• a partial disclosure of noncompliance to the government does not defeat the materiality element, as a disclosure that omits key details qualifies as a false statement under the FCA;5

  • evidence that the government continued to enter into new contracts after learning of the alleged noncompliance is not dispositive of materiality at the motion to dismiss stage;

  • the government’s decision not to intervene does not establish immateriality;

  • it is irrelevant for the motion to dismiss that the contracts’ central purpose was not to provide cybersecurity; and

  • the government’s relaxation of some requirements in light of industry-wide compliance challenges does not defeat materiality at the motion to dismiss stage because the complaint pled that compliance with the cybersecurity requirements was material to the government.

The court also reasoned that the defendants’ alleged noncompliance was material because it could have impacted their ability to perform their contracts. The Court noted that defendants were required to handle unclassified controlled technical information in order to deliver aerospace systems under their contracts, and were therefore required to comply with DoD cybersecurity requirements governing the handling of that information, including NIST SP 800-53 and NIST SP 800-171. The Court ruled that the Relator adequately alleged that false statements about compliance with these requirements may have limited the defendants’ ability to perform on their contracts by preventing them from handling necessary information. Although the Relator’s claims survived this motion to dismiss, it remains to be seen whether the Relator’s evidence will establish materiality at summary judgment or trial.

Markus nevertheless reminds contractors to examine their FCA liability risk in light of all material terms and conditions of their contracts, including the changing cybersecurity requirements contained in extrinsic documents that are incorporated by reference through FAR and FAR Supplement clauses, which themselves are typically incorporated by reference. Moreover, the case reminds contractors to ensure that all information provided to the Federal Government about cybersecurity is accurate. Given the highly technical and evolving nature of cybersecurity, ensuring compliance requires close coordination among a contractor’s information security, legal, compliance, and contracts functions.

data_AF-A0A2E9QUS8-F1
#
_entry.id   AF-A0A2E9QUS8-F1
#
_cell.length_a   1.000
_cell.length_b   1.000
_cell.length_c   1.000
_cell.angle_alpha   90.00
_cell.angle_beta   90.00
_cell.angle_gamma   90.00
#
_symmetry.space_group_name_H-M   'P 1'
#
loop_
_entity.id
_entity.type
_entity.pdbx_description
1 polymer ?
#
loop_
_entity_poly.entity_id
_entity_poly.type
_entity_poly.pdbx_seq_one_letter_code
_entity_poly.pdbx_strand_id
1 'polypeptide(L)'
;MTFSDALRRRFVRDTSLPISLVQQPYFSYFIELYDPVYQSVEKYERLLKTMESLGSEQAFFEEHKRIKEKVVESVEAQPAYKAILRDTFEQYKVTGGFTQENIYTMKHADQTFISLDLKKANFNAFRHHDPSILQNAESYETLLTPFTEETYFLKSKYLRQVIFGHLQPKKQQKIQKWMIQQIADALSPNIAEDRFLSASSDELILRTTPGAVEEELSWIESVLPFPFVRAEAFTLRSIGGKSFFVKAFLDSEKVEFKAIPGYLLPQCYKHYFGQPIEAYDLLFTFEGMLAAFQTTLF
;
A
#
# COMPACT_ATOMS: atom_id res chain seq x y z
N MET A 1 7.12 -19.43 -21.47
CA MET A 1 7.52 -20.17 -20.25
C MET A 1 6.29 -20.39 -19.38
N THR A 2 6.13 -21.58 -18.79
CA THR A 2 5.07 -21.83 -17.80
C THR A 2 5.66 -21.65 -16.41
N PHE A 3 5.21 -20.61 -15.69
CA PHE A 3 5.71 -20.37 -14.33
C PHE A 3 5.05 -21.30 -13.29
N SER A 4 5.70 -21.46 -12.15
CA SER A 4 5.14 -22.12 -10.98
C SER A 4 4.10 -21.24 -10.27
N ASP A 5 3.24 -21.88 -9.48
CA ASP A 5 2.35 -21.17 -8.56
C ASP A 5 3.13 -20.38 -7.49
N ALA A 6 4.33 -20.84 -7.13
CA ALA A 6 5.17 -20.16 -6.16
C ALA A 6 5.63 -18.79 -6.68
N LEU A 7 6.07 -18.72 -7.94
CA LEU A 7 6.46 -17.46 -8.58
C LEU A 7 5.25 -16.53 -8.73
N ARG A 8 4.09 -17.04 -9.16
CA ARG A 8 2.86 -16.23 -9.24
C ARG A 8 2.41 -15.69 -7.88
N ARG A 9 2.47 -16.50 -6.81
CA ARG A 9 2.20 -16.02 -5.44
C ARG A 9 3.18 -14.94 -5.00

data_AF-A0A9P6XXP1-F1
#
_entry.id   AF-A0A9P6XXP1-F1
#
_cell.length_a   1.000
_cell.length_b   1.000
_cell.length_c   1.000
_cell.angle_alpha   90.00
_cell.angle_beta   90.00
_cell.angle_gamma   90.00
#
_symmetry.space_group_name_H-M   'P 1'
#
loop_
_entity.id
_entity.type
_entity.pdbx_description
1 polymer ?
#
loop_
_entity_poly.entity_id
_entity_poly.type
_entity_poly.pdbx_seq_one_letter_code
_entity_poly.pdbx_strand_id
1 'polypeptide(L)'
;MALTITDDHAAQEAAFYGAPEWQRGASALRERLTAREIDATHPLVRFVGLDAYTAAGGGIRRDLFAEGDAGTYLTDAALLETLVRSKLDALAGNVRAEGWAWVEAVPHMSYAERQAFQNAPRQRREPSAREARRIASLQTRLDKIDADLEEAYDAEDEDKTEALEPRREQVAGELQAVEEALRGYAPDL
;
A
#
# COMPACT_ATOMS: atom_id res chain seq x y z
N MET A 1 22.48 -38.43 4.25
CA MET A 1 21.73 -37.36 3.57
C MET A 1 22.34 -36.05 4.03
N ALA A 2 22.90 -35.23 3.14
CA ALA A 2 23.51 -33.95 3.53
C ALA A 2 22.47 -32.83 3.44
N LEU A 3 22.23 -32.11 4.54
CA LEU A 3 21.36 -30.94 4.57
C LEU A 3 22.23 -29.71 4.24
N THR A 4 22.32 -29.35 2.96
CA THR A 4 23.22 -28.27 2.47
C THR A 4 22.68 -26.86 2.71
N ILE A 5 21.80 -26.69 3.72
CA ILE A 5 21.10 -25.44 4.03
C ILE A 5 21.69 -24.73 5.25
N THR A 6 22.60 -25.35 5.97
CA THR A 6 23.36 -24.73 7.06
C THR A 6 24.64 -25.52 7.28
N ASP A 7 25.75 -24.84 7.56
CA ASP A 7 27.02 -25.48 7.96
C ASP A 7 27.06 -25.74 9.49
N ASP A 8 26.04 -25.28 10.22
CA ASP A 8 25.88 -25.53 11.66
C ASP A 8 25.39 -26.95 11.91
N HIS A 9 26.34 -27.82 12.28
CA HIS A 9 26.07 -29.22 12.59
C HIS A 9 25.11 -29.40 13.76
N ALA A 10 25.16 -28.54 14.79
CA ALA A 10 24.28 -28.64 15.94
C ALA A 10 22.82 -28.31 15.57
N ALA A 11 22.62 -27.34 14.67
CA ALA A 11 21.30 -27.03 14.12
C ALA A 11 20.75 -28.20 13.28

V&E will track this case and provide key updates as the case develops.

Visit our website to learn more about V&E’s Government Contracts practice. For more information, please contact Vinson & Elkins lawyers Daniel Graham or Peter Thomas.

See 2:15-cv-02245-WBS-AC (E.D. Cal. May 8, 2019).

2 “Adequate security” means protective measures that are commensurate with the consequences and probability of loss, misuse, or unauthorized access to, or modification of, information. 48 C.F.R. 252.204-7012.

3 The current regulations refer to this information as “covered defense information,” and it is information that the government has determined requires safeguarding or dissemination controls.

4 48 C.F.R. 252.204-7012. 48 C.F.R. 252.204-7012(b)(2)(i), 7012(c).

See, e.g., Universal Health Servs. v. United States ex rel. Escobar, 136 S. Ct. 1989, 2000 (2016).

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Authors

Daniel P. Graham Partner

Peter T. Thomas

Peter T. Thomas Associate